University of Derby student Callum Bilton has been working with us to gain valuable work experience and here’s the five things he’s learned about PR.

As my time at university comes to an end, the question of “what next?” looms ominously. Studying Professional Writing at the University of Derby for the past three years has allowed me to sample various writing styles and industries, such as journalism, film, television and radio, but it is the world of PR that has piqued my interest. But why? And what even is PR, really?

As I began my work placement with Derby-based Octopus PR, I realised that, as an industry, PR can be hard to pin down. It is all-encompassing in terms of writing and is never an exact science; it requires in many ways a veritable cocktail of preparation, planning, confidence, faith and intuition. In short, PR is about maintaining a brand’s or product’s reputation, generating public interest and ultimately allowing a product to reach as many of its potential customers as possible.

As Octopus PR helped me to dip my toe into the PR water, it appeared inviting if a little murky. I find myself in the strange position of knowing more than the layman while still being greener than the proverbial cabbage in industry terms. The great thing about PR is that it is possible for anyone to improve their own business by following a few easy tips. So, in light of my humble experience, here are my top five tips for good PR.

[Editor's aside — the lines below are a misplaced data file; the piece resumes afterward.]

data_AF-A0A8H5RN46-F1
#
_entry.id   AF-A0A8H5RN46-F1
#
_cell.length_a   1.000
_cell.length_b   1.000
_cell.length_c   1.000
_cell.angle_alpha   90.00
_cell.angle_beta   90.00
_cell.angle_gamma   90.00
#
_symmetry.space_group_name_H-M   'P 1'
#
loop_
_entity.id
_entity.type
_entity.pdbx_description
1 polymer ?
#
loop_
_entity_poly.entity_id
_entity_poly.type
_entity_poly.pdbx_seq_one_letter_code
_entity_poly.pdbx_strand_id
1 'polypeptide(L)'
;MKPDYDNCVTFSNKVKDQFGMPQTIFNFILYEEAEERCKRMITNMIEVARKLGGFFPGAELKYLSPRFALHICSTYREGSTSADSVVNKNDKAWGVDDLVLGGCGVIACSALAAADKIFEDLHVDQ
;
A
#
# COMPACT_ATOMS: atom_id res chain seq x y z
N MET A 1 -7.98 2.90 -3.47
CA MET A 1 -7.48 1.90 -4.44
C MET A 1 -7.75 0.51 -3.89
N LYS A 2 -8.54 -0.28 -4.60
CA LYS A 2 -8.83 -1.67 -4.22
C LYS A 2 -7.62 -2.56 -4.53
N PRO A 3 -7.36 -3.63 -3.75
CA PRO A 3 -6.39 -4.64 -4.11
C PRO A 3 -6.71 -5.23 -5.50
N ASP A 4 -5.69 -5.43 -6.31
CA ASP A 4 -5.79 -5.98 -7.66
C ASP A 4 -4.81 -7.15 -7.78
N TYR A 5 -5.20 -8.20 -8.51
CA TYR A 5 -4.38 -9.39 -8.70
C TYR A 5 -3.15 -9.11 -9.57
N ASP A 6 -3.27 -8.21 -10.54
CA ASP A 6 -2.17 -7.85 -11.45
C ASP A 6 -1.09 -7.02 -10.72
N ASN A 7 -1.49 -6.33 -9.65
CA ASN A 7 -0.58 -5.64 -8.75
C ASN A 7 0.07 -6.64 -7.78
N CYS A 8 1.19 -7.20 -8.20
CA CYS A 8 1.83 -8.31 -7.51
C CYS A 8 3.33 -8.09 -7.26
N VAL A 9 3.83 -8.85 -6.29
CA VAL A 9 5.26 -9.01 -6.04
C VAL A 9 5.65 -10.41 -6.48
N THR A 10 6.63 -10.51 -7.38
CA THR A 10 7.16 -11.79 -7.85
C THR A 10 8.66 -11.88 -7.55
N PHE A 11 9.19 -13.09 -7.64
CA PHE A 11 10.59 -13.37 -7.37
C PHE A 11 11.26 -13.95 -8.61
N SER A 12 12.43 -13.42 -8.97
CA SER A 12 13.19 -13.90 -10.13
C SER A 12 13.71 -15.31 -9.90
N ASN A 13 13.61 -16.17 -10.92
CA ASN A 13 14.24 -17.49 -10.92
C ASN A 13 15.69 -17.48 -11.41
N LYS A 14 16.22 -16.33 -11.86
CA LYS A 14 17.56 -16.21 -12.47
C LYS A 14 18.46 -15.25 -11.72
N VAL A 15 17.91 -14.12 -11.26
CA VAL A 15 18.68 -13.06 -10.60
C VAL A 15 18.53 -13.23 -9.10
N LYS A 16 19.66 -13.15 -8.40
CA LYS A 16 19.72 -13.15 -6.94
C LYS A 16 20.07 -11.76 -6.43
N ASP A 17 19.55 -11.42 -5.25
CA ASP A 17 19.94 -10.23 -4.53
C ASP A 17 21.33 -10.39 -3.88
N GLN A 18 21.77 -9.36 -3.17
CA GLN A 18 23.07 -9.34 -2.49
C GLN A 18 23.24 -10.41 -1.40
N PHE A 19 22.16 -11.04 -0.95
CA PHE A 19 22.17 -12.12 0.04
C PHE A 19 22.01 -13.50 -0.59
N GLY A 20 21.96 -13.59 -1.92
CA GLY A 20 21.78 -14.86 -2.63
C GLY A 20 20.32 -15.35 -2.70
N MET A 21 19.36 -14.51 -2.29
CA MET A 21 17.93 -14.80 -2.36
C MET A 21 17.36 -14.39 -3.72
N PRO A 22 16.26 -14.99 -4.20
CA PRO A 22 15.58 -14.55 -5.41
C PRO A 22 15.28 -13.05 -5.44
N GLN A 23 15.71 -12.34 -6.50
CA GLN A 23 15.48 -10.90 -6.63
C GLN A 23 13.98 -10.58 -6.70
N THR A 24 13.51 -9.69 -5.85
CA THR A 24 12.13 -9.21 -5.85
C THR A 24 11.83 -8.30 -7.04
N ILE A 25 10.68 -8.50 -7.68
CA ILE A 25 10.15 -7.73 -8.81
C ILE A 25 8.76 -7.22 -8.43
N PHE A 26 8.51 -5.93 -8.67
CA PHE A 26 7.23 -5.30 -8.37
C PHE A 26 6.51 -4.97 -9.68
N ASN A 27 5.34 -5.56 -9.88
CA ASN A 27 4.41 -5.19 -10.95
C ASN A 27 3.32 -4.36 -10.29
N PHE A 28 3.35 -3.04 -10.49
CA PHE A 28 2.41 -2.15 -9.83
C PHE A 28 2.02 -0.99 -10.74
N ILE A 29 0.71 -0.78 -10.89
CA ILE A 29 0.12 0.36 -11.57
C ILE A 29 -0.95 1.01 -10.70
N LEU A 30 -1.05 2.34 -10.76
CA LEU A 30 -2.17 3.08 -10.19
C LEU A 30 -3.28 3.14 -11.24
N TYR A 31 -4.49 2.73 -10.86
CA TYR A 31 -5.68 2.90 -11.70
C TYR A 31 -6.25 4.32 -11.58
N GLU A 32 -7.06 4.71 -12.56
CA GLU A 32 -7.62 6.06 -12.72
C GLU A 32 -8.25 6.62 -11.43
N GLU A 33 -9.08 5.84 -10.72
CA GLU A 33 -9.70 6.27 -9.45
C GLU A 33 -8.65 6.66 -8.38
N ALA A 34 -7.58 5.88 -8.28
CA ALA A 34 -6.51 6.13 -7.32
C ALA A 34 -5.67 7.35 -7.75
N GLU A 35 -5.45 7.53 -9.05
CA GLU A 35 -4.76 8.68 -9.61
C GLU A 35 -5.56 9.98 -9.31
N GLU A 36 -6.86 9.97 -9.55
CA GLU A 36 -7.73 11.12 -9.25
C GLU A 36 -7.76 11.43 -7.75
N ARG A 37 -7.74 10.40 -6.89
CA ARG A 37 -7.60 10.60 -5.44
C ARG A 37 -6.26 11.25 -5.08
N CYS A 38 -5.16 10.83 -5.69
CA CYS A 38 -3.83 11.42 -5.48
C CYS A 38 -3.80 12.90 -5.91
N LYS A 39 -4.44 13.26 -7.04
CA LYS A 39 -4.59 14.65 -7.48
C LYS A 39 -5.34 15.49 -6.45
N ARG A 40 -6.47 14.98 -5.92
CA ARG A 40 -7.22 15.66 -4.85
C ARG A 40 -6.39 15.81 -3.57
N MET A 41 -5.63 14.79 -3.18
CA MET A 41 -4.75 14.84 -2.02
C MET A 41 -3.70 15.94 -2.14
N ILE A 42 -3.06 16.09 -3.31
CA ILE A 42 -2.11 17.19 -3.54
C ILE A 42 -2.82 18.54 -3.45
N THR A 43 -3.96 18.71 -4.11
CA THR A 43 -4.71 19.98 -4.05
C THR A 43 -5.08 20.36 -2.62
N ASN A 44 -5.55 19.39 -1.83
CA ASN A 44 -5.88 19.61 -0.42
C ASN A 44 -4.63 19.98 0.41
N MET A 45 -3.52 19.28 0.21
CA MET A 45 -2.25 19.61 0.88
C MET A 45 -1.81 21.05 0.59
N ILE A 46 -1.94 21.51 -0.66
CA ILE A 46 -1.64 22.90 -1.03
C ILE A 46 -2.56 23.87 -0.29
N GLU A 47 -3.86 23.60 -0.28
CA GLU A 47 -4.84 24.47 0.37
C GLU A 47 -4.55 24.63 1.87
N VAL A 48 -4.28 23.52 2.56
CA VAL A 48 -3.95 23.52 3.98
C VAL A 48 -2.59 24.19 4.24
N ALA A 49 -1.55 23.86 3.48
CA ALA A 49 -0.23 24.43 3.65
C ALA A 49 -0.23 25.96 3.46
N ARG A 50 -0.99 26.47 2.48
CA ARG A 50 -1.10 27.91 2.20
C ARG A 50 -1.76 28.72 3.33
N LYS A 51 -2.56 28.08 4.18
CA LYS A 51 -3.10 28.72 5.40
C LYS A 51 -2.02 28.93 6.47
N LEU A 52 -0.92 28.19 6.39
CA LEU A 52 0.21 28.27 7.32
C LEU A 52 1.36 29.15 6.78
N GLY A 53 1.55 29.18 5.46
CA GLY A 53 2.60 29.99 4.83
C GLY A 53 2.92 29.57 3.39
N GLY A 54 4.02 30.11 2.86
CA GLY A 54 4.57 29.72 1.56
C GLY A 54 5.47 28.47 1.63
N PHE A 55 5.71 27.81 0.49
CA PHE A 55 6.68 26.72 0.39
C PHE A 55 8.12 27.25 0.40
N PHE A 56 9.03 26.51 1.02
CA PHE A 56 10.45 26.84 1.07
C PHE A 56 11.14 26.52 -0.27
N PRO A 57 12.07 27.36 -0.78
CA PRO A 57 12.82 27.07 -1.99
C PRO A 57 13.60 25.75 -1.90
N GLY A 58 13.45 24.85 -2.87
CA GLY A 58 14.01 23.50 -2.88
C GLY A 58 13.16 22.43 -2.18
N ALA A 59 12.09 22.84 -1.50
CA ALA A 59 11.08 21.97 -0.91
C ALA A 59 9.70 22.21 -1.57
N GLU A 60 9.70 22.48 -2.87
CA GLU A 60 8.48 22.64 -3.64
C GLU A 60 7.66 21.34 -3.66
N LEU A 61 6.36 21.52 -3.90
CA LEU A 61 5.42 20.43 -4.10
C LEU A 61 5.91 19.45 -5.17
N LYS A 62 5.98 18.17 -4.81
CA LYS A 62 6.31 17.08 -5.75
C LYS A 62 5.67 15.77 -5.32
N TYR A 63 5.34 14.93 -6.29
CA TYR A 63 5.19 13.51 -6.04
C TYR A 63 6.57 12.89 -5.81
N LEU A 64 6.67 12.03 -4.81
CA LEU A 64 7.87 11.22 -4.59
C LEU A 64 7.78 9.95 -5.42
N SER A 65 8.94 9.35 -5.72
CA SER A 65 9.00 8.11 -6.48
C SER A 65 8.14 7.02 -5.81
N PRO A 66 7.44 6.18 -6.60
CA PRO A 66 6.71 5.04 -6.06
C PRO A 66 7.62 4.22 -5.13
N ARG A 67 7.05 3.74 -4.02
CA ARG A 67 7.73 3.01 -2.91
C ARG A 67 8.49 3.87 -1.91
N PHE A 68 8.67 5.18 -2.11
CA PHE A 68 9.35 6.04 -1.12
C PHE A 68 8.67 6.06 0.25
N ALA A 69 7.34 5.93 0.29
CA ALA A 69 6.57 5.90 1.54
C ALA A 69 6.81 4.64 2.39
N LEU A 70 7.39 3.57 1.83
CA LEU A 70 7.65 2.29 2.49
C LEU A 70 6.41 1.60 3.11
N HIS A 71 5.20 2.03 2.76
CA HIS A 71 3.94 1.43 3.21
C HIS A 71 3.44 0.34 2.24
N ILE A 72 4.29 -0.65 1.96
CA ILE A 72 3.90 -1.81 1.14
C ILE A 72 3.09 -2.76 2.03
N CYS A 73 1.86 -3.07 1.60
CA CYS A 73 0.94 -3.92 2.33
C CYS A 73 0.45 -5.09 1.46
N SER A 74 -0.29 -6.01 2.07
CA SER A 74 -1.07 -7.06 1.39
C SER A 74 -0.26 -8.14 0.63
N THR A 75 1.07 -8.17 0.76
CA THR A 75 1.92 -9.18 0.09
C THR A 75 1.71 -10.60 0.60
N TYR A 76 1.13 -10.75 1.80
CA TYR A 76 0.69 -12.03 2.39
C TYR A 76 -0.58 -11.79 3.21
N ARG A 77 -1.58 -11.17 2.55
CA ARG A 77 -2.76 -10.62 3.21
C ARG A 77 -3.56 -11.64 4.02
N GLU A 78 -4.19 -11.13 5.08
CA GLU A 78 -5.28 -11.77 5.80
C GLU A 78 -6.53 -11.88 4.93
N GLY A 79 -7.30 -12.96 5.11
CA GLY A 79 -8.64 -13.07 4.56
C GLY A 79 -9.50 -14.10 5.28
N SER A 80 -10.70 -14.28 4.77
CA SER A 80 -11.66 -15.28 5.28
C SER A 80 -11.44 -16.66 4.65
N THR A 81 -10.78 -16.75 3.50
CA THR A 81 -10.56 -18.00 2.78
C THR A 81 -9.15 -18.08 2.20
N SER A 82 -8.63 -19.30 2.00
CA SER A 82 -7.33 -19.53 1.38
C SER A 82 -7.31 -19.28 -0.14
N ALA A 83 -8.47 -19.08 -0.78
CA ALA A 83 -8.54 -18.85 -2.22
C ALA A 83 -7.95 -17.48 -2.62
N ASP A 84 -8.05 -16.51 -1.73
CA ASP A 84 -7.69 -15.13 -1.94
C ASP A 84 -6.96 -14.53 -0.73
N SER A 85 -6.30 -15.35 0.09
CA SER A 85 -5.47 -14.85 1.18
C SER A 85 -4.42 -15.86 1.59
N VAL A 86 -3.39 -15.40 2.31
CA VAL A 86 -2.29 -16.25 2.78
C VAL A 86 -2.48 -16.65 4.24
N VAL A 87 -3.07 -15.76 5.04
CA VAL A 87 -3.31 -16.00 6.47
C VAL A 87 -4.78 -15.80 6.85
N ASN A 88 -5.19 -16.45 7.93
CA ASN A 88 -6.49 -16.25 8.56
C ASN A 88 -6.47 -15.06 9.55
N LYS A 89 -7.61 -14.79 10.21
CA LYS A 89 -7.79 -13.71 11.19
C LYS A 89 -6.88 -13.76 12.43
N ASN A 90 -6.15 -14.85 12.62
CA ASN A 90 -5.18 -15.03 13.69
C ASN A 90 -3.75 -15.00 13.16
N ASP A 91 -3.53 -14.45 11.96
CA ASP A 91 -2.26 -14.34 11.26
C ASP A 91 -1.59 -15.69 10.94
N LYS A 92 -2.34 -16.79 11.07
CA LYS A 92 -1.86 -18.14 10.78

1. Always be vigilant – It’s important to keep a firm grip on the news. What’s the flavour of the week? What are the issues that everybody’s talking about? This is where instinct or intuition comes in: reacting to issues in the news can become a story in itself if it applies to your client or product and can establish a brand’s reputation as reliable within a given industry.
  2. Know your media – It may sound simple to some but, in short, different media platforms require different content or styles to be effective. Something that may be effective in a newspaper may not be appropriate for the internet or social media. It is also important to note that some forms of media are more effective for certain demographics. For example, if you want to reach young people, then a social media campaign could be more appropriate than, say, a newspaper article.
  3. Know your client – I believe it is important for PR to appear seamless. By this I mean that there should be synergy between the PR work produced and the client or product itself. The phrase “singing from the same hymn sheet” springs to mind. Your work should reflect the identity of the client or product and be aimed at reaching the most appropriate demographic.
  4. Contacts – You never know who or what you may need for future campaigns. One of the great things about PR is that you meet people from all kinds of industries with potentially useful skills, so never burn bridges.
  5. Clearly define your objectives – This is where planning and preparation are paramount, linked to tips two and three. Take into account the needs of the client and together set a specific goal for a PR campaign. Saying that you want more customers or more revenue for a product is woolly and ultimately not helpful. Choose something quantifiable and measurable in order to judge your success: whether it is Facebook likes, Twitter followers or sales of a product, put a number on it and set definite goals. This makes it easier to pin down exactly the kind of work you want to produce and to make a campaign focused rather than disparate.